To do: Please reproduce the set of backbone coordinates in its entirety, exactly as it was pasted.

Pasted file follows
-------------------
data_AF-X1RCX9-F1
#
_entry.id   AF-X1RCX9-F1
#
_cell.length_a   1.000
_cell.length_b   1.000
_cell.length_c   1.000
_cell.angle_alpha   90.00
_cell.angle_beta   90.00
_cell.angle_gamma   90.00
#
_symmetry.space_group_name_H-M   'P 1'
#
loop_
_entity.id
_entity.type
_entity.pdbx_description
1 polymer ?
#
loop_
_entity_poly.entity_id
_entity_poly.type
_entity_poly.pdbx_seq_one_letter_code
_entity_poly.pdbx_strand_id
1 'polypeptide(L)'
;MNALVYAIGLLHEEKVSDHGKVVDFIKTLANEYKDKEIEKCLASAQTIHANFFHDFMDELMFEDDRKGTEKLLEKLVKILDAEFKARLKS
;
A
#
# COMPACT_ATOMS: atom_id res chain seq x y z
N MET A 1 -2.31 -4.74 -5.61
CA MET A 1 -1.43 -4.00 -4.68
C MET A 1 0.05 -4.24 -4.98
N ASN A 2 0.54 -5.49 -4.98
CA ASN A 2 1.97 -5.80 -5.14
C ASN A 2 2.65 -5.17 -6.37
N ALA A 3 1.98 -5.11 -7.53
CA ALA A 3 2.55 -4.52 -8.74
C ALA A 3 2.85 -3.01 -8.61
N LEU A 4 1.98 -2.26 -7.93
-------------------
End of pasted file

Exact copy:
data_AF-X1RCX9-F1
#
_entry.id   AF-X1RCX9-F1
#
_cell.length_a   1.000
_cell.length_b   1.000
_cell.length_c   1.000
_cell.angle_alpha   90.00
_cell.angle_beta   90.00
_cell.angle_gamma   90.00
#
_symmetry.space_group_name_H-M   'P 1'
#
loop_
_entity.id
_entity.type
_entity.pdbx_description
1 polymer ?
#
loop_
_entity_poly.entity_id
_entity_poly.type
_entity_poly.pdbx_seq_one_letter_code
_entity_poly.pdbx_strand_id
1 'polypeptide(L)'
;MNALVYAIGLLHEEKVSDHGKVVDFIKTLANEYKDKEIEKCLASAQTIHANFFHDFMDELMFEDDRKGTEKLLEKLVKILDAEFKARLKS
;
A
#
# COMPACT_ATOMS: atom_id res chain seq x y z
N MET A 1 -2.31 -4.74 -5.61
CA MET A 1 -1.43 -4.00 -4.68
C MET A 1 0.05 -4.24 -4.98
N ASN A 2 0.54 -5.49 -4.98
CA ASN A 2 1.97 -5.80 -5.14
C ASN A 2 2.65 -5.17 -6.37
N ALA A 3 1.98 -5.11 -7.53
CA ALA A 3 2.55 -4.52 -8.74
C ALA A 3 2.85 -3.01 -8.61
N LEU A 4 1.98 -2.26 -7.93